Pocket Listings and the CMLS

by | Mar 31, 2017 | Legal Tips

One of the most misunderstood rules of the Consolidated Multiple Listing Service (CMLS) pertains to advertising the listing before placing the property in the Multiple Listing Service (MLS).  Rule 1(b)(2) states that “all listings must be entered into the computer within two (2) business days upon acceptance of the listing by the Member (i.e., Broker).” Furthermore, Rule 7 holds that a licensee may not “advertise, market, or offer to conduct a real estate transaction involving real estate owned in whole or in part by another person without a current written listing agreement from the owner.”  Rule 7 mimics South Carolina law, which also prohibits a licensee from providing client services to a seller without a written agreement.

CMLS recognizes that a seller may need to seek advice from a licensee prior to placing the property on the MLS.  For example, the seller may need advice on possible prelisting inspections and repairs. Because state law requires a written agency in order for the licensee to provide advice, CMLS developed a document known as the Withhold Listing Temporarily Form. The licensee would complete and execute an Exclusive Right to Sale Form thereby establishing agency. Then the licensee can either enter the property information into the MLS system as a partial listing or wait to submit the data until the Withhold expires. During this period, which may not exceed 30 days, the licensee may advise and counsel the seller. However, the property may not be advertised for sale or published/offered for sale through any medium until the delay period has ended.

When the period ends and the property is ready to be published on the MLS, it is important for the licensee to remember to change the “date submitted” to the current date before publishing. By changing the date, the “Days on Market” will start with the day the listing goes live on the MLS. If the licensee does not update this date, the “Days on Market” will show as when the information was originally entered into the system.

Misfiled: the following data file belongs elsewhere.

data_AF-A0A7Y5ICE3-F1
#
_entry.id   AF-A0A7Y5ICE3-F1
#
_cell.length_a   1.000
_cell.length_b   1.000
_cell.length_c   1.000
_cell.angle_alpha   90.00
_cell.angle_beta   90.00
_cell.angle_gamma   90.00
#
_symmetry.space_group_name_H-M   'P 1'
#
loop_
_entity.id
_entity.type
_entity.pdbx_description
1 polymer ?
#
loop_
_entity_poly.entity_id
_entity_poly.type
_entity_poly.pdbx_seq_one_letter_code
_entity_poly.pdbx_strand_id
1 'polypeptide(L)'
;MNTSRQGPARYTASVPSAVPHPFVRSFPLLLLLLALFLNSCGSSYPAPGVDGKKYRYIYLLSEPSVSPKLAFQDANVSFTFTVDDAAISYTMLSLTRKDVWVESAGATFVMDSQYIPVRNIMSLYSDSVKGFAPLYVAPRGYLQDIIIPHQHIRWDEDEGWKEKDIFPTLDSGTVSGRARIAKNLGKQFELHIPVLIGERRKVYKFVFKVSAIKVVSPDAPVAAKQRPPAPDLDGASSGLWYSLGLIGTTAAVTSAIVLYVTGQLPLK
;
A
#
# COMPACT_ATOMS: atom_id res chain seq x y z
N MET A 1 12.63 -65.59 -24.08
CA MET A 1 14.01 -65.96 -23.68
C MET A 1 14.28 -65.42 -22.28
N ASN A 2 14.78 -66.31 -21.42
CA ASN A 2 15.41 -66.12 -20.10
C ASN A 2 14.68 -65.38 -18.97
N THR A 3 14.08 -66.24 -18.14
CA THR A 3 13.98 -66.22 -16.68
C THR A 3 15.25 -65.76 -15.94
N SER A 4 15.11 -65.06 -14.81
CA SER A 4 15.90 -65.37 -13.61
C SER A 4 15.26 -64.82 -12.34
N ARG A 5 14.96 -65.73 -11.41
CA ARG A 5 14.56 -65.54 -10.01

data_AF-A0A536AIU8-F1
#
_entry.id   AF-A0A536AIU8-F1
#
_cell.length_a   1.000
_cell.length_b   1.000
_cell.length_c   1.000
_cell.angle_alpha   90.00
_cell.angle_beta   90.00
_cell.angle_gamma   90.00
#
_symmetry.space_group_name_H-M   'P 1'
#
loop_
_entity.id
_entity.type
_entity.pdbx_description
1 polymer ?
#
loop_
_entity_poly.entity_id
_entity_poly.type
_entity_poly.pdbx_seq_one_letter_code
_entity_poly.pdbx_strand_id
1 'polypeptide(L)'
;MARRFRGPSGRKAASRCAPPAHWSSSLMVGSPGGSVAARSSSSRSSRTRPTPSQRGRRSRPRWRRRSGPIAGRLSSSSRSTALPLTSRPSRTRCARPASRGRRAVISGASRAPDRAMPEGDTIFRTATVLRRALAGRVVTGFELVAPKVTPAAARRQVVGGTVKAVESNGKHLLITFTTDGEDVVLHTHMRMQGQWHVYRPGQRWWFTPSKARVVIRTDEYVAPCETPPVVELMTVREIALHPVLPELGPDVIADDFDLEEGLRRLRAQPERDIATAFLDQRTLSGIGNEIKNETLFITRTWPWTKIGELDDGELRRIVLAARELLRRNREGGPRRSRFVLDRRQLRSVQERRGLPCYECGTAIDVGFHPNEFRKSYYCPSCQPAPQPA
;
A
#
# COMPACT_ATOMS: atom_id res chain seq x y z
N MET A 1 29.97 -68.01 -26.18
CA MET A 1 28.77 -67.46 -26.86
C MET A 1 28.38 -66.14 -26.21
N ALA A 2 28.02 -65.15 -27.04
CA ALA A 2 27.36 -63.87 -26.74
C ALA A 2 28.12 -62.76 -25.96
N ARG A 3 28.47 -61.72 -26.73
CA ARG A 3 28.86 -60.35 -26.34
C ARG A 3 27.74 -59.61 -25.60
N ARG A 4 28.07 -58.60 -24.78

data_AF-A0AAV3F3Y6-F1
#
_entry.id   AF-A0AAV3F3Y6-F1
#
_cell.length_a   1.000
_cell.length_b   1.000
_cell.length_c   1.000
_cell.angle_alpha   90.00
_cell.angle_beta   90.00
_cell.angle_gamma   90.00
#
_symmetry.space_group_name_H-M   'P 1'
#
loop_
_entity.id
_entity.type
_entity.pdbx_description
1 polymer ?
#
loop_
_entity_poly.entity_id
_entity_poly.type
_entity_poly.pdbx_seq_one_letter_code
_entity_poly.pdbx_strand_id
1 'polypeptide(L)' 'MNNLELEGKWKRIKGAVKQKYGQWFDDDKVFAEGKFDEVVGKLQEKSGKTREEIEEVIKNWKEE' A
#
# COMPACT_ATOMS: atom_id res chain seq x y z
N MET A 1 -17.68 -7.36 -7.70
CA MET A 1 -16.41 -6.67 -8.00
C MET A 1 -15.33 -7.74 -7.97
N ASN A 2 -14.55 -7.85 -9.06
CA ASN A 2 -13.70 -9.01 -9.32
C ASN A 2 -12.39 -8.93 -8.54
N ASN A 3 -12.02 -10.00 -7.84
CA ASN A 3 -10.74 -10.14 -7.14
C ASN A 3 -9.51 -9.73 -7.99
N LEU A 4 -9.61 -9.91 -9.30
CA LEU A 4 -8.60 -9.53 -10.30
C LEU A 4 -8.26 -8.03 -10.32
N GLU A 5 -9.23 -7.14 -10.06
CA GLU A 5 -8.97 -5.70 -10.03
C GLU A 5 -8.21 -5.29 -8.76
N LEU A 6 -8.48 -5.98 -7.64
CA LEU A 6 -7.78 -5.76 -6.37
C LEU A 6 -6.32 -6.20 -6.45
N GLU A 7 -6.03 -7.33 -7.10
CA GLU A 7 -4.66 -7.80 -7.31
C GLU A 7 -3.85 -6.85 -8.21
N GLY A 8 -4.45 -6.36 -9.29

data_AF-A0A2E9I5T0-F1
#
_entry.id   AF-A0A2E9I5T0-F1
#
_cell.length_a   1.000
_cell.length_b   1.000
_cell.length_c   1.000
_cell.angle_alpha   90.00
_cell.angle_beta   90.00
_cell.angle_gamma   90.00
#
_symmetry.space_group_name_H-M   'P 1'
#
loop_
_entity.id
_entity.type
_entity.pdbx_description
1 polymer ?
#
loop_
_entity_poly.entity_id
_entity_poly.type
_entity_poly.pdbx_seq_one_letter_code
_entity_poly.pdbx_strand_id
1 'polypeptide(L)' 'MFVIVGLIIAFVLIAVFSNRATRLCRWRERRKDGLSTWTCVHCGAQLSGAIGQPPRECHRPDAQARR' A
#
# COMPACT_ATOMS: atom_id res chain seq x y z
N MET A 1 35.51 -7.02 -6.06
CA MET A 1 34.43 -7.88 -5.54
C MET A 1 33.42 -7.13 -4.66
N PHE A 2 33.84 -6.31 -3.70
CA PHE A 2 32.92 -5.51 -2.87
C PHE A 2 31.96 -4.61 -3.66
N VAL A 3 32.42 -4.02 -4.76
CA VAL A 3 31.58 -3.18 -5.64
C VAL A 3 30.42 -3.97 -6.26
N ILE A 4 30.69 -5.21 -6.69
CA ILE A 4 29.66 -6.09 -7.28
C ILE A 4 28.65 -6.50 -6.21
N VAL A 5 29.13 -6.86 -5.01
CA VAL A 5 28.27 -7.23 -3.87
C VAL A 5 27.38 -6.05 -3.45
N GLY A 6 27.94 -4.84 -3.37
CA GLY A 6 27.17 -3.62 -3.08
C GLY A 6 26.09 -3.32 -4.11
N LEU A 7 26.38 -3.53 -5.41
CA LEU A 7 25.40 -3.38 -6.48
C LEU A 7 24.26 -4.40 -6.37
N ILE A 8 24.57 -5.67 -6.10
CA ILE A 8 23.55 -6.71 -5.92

The reason for prohibiting licensees from marketing properties not in the MLS is two-fold. First, if larger brokerages were allowed to withhold listings from the MLS it would give them an unfair advantage in the marketplace. Smaller agencies would rarely get the opportunity to share popular listings with their clients particularly in areas of the market where sales are brisk. Secondly, since South Carolina imposes a duty of disclosure upon the licensee, the licensee would be tasked with explaining the benefits and risks of selling property before placing it on the MLS. As David Tobenkin recently wrote in an article in The Residential Specialist, “It will take only one good lawsuit from a seller who learns that he or she may have gotten more dollars or better terms on the “open” market” to regret doing pocket listings.

Historical Fact: The Elite Epicurean operated at the corner of Main Street and Laurel Street from 1932 to 1997.  For over sixty-five years, presidential candidates, music stars, celebrities, judges and governors broke bread at the 1736 Main Street restaurant. The Elite was where the “power brokers of South Carolina” met for lunch.  Many deals were made over pork chops and rib-eyes. The Elite was located in the Boyne Building that was designed in 1900 by local architect James Hagood Sams. The original tenant was TA Boyne Shoe Store and James M. Green’s Fine Groceries.

DON’T PROCRASTINATE. Sign up for the April 4th MCE/CE at blaircato.com.  All classes are $50 for 8 hours of credit.

Photo by Internet Archive Book Images

Photo by Kent Wang

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